Agent

Created

Date Created
  • 2014

157568-Thumbnail Image.png

Thermal cycling of LTO-LCO batteries subjected to electric vehicle schedule and its second life evaluation

Description

Lithium titanium oxide (LTO), is a crystalline (spinel) anode material that has recently been considered as an alternative to carbon anodes in conventional lithium-ion batteries (LIB), mainly due to the

Lithium titanium oxide (LTO), is a crystalline (spinel) anode material that has recently been considered as an alternative to carbon anodes in conventional lithium-ion batteries (LIB), mainly due to the inherent safety and durability of this material. In this paper commercial LTO anode 18650 cells with lithium cobalt oxide (LCO) cathodes have been cycled to simulate EV operating condition (temperature and drive profiles) in Arizona. The capacity fade of battery packs (pack #1 and pack#2), each consisting 6 such cells in parallel was studied. While capacity fades faster at the higher temperature (40°C), fading is significantly reduced at the lower temperature limit (0°C). Non-invasive techniques such as Electrochemical Impedance Spectroscopy (EIS) show a steady increase in the high-frequency resistance along with capacity fade indicating Loss of Active Material (LAM) and formation of co-intercalation products like Solid Electrolyte Interface (SEI). A two-stage capacity fade can be observed as previously reported and can be proved by differential voltage curves. The first stage is gradual and marks the slow degradation of the anode while the second stage is marked by a drastic capacity fade and can be attributed to the fading cathode. After an effective capacity fading of ~20%, the battery packs were disassembled, sorted and repackaged into smaller packs of 3 cells each for second-life testing. No major changes were seen in the crystal structure of LTO, establishing its electrochemical stability. However, the poor built of the 18650-cell appears to have resulted in failures like gradual electrolytic decomposition causing prominent swelling and failure in a few cells and LAM from the cathode along with cation dissolution. This result is important to understand how LTO batteries fail to better utilize the batteries for specific secondary-life applications.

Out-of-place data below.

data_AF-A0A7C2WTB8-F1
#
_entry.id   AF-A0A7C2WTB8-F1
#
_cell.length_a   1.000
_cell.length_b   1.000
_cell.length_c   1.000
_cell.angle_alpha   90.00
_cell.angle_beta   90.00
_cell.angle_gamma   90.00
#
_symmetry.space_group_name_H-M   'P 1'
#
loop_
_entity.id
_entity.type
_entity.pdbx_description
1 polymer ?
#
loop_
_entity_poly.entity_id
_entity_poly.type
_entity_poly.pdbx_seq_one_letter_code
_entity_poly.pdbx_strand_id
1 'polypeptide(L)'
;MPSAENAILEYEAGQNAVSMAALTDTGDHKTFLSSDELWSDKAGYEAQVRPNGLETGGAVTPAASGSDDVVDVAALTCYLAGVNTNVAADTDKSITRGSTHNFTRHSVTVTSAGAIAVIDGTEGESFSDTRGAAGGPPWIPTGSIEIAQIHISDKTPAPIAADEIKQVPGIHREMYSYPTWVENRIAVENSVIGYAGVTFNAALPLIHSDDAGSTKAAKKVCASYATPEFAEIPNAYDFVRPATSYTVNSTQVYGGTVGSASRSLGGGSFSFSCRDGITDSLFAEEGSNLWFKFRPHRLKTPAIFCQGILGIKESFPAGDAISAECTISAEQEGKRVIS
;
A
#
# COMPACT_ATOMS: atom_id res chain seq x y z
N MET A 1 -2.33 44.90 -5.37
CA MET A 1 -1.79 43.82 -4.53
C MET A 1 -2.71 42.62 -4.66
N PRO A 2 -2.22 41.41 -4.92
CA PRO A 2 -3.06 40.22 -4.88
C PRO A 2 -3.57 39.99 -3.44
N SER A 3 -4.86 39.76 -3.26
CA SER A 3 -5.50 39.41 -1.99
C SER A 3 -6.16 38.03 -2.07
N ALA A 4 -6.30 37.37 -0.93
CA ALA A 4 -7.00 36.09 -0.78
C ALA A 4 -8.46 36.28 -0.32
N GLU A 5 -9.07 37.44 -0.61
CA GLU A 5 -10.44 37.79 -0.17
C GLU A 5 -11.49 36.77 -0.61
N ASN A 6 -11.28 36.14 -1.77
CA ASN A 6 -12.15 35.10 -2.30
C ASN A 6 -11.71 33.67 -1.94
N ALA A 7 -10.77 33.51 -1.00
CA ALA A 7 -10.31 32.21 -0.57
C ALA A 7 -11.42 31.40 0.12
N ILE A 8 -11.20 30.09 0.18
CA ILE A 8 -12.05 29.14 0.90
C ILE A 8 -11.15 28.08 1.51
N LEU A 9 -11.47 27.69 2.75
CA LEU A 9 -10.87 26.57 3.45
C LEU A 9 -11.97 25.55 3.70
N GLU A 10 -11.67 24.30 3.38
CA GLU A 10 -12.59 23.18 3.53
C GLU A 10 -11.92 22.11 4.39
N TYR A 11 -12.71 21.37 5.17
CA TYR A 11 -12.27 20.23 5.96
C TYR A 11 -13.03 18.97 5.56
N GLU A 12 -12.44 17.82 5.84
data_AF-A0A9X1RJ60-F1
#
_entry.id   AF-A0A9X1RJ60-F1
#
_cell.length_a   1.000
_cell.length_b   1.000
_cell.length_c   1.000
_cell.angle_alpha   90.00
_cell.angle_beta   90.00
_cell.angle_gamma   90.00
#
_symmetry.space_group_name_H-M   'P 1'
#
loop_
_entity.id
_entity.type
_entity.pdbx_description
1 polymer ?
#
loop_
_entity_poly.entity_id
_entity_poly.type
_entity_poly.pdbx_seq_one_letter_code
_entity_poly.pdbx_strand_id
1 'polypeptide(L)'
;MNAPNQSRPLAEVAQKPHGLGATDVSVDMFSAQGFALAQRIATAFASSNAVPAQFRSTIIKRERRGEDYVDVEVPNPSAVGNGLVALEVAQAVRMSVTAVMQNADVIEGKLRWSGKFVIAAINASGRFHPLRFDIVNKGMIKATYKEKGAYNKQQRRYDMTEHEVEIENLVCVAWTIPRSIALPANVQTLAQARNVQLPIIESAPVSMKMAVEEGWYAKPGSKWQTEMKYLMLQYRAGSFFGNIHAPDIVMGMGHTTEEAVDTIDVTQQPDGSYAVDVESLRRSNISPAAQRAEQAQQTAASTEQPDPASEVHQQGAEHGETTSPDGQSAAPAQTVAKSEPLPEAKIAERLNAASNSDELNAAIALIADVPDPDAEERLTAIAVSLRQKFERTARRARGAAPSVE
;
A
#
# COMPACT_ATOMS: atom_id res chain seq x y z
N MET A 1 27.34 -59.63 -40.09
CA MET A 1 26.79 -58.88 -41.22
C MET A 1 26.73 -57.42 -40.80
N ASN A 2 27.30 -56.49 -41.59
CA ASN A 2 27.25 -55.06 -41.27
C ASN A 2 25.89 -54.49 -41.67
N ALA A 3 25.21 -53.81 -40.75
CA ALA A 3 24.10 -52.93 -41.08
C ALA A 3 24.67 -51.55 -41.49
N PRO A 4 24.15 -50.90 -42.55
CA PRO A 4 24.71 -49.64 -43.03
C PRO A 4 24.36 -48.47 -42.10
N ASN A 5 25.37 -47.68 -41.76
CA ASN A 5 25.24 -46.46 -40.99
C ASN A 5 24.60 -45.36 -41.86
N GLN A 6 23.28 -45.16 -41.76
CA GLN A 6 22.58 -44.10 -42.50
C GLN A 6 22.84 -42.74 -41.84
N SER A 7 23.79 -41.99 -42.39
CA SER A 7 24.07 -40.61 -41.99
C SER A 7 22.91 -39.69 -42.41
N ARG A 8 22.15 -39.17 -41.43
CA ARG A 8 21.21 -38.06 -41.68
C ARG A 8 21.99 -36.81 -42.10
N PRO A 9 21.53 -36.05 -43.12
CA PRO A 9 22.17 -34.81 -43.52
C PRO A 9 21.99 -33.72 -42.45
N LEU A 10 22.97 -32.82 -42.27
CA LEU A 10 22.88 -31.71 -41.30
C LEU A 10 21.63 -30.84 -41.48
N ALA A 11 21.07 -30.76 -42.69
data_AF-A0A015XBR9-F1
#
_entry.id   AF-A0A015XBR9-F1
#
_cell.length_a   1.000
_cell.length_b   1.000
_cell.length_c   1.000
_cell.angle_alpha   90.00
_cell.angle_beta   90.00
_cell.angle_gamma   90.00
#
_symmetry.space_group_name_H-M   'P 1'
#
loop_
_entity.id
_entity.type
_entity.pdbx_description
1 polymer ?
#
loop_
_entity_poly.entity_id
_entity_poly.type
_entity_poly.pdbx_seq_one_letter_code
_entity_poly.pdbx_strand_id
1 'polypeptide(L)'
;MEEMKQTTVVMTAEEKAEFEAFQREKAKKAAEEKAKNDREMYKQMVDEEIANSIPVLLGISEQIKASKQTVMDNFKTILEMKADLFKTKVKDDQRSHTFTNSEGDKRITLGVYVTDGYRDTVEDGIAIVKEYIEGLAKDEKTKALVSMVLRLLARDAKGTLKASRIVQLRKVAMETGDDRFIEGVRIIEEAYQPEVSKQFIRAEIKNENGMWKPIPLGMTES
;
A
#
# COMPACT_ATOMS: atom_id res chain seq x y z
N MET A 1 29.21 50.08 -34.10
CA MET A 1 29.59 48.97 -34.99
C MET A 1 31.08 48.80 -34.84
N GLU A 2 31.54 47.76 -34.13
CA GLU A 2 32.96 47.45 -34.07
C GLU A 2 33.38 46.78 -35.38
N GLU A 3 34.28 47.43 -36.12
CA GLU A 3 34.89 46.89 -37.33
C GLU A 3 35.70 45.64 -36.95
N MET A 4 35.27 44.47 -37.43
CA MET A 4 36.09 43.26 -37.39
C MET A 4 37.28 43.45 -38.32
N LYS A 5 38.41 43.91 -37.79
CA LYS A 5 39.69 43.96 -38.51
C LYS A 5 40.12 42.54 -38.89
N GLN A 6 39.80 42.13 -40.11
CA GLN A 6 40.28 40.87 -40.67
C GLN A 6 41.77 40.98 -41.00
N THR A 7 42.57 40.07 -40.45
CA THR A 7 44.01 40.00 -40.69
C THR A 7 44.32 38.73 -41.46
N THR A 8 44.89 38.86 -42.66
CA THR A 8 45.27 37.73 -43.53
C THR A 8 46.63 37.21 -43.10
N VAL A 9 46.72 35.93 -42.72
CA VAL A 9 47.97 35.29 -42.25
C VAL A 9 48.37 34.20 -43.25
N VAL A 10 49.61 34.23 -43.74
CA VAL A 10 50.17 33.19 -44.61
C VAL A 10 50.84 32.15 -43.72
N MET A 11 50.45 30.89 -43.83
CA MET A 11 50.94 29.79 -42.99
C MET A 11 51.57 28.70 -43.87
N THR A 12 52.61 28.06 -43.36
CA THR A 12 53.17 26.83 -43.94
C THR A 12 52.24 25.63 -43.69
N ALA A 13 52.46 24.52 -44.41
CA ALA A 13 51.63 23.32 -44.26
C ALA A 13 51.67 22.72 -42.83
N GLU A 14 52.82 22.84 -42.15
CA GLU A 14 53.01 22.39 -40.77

Contributors

Agent

Created

Date Created
  • 2019